It was summer when she found Evelynn.
She spoke in a language Ahri wasn’t familiar with, stared at her cluelessly as she talked. The woman’s presence was unnerving and, frankly, Ahri was a little scared. The fox knew she had traveled far from her home, but she didn’t know how far she’d gone or where she ended up. All she knew was that she was hungry, and there were plenty of people around that would fix that.
The woman before her stopped talking, finally realizing Ahri wasn’t understanding a word she was saying. The woman crossed her arms with a huff, looking down at the gumiho with a scrutinizing stare.
“You’re in my territory,” She spat.
Ahri’s ears perked, and she looked up from the still warm body below her. The dark haired woman was speaking Ahri’s language, or at least, a dialect of it. Surprised by the sudden switch in languages, the fox didn’t see the long snake-like appendages hovering behind the woman.
Ahri stayed silent, still working to get the liver from this man’s body. Despite her intrigue, the fox was still hungry. And food always came first.
The woman’s hair swayed slowly in the light breeze. It brushed against the bodice of her gown, nearly reaching her hips. Her expression was nothing short of angry, and it snapped Ahri’s attention back to the present.
As blood oozed out of the man’s abdomen, Ahri felt the hair on her neck stand up straight. The woman was clearly dangerous, if not for the extra limbs then the energy surrounding her said enough.
The fox couldn’t put a finger on what exactly the woman was, but she could tell that it was sinister and dangerous. The air around her felt dead cold and suffocating. Ahri wasn’t sure she could be around her much longer.
So, using the speed she had acquired from years of fighting for her food, Ahri snatched the liver from the dead man below her and ran. She could feel the stunning yet incredibly terrifying woman behind her, chasing her into the forest. The gumiho knew she was fast, but the woman seemed to have no trouble keeping up.
She didn’t run for long before the being appeared before her, stopping Ahri in her tracks. Initially, she wanted to dart left and keep running, but the woman’s hands on her shoulders stopped her movement.
“Don’t ever step foot here again,” The dark haired woman threatened, her nose brushing against Ahri’s cheek. “or I’ll make those tails of yours into a rug for my living room,” There was a laugh, and then the woman was gone.
The fox watched as shadows remained where the woman was, slowly fading into nothing. Ahri had heard of people like this. What did they call them? Ah, yes.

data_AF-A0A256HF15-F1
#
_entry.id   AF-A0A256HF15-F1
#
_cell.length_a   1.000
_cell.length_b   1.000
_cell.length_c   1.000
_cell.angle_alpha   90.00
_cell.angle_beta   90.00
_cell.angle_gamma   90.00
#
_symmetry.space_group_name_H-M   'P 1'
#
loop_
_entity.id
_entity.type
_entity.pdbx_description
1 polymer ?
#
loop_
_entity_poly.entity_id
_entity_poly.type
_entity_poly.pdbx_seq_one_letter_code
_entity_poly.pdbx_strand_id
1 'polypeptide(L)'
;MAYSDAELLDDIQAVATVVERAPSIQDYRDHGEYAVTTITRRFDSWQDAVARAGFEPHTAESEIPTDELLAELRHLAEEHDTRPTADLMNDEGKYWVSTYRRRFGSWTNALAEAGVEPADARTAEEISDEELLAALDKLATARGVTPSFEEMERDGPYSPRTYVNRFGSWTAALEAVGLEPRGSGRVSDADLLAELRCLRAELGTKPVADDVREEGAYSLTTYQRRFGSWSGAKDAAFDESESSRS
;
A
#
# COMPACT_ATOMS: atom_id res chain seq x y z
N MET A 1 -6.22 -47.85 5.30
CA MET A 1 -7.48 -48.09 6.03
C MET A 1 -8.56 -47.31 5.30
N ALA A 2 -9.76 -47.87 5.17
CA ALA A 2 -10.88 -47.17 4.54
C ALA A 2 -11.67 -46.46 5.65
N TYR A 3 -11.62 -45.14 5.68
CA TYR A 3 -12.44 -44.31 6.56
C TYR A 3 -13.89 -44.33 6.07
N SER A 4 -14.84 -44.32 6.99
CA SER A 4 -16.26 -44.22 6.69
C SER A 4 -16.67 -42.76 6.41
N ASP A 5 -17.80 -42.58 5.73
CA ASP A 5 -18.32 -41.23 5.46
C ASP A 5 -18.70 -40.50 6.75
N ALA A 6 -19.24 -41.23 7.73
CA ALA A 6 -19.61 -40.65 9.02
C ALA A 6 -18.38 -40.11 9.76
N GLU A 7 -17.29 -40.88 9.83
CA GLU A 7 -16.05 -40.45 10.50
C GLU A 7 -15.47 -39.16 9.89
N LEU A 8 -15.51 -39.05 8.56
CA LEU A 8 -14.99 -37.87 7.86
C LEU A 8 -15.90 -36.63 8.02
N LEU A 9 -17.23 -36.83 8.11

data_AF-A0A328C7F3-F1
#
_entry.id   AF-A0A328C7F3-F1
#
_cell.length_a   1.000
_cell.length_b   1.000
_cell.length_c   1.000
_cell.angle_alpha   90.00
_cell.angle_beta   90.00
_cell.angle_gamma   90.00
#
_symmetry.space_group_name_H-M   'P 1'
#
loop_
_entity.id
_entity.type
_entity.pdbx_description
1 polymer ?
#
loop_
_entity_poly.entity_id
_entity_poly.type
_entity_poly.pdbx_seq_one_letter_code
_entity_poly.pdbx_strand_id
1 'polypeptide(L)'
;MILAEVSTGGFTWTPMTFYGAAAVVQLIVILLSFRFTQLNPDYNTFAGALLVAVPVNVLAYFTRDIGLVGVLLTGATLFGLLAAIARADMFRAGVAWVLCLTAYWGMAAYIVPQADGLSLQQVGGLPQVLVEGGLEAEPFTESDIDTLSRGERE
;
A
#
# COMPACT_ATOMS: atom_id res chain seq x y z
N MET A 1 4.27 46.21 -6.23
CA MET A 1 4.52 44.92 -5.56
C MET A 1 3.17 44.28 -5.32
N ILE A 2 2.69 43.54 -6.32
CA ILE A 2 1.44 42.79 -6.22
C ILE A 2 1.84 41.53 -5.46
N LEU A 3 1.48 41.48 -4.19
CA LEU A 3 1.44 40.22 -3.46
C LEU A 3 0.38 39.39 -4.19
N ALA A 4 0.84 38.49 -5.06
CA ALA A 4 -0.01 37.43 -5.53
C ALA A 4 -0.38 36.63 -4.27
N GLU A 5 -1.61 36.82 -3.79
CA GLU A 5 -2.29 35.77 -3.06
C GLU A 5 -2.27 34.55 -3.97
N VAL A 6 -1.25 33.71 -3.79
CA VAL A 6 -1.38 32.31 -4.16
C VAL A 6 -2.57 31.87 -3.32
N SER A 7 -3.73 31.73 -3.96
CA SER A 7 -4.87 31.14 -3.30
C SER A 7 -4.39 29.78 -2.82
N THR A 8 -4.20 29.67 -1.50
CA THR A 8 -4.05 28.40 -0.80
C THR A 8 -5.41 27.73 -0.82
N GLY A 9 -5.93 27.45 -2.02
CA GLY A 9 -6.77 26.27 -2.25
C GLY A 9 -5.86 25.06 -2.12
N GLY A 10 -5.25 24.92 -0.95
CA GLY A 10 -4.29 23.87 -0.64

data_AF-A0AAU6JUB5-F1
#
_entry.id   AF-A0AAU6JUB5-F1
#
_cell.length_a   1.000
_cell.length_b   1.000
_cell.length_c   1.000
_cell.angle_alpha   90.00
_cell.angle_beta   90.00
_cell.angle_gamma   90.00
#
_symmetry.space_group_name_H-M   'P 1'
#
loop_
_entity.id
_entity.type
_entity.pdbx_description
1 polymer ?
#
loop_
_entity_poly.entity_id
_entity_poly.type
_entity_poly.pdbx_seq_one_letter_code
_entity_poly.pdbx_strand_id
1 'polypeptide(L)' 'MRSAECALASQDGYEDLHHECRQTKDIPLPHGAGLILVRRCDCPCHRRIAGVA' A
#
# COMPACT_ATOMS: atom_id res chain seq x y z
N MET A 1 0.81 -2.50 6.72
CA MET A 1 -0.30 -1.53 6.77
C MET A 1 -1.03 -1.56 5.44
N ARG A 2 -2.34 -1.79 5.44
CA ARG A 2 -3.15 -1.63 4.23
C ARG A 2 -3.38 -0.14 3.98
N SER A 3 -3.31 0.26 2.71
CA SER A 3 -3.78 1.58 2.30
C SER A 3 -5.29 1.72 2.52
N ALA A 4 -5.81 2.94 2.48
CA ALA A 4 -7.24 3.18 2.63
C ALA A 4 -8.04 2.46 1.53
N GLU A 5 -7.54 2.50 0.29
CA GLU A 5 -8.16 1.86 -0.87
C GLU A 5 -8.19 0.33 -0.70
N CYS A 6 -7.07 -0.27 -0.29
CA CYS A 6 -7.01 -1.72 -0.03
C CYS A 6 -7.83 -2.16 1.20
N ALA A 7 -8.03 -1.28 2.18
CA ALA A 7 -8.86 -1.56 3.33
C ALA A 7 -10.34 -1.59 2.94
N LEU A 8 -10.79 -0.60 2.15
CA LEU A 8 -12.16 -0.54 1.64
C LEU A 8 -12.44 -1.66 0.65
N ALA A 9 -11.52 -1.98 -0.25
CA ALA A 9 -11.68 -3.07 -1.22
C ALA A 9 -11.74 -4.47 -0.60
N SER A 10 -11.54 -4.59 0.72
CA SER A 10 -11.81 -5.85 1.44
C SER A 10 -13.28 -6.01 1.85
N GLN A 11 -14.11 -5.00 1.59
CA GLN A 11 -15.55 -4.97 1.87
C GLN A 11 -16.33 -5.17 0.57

“This isn’t yours, is it?” The demon asked, waving a pointy finger around the room.
“No,” Ahri answered back, keeping her distance from the demon. The woman sat on the stool next to the dining table with one leg gracefully crossed over the other. It was irritating.
“Naughty, naughty,” The demon purred, a smile crossing her lips. “I thought you were a pushover, but I suppose I was wrong.” She brought a hand up to inspect her claws, her face void of any emotion.
“Leave, demon,” Ahri growled. The fox felt threatened in her own home, well, stolen home, but it was still Ahri’s for the time being.
“I have a name, gumiho,” The woman sighed, dropping her hand.
“I don’t care about your name, this is my house,” Ahri spat, her tails spreading out behind her. “Leave,”
“How rude,” The demon huffed, standing up from the stool. “We haven’t seen each other in years and this is how you treat me?” She pouts. Ahri bared her teeth, not liking how close the demon was getting.
“We are not friends,”
The woman smiled, and then she was gone. Ahri stepped back, unsure of where the demon would reappear. Before the fox could run, there was an arm around her waist and a lasher around her throat. She could still breathe, but the threat of being choked to death was still there.
“I told you to leave my territory,” The demon hummed. Her voice was low and smooth, and it sent a shiver down Ahri’s spine.
“I did,” The fox replied, attempting to keep her voice even. It didn’t work.
“You didn’t go very far,” The woman ran a sharp claw down the stripes on Ahri’s cheek, only leaving tiny scratches barely visible to the naked eye. “You’re dangerously close,”
There was a pause.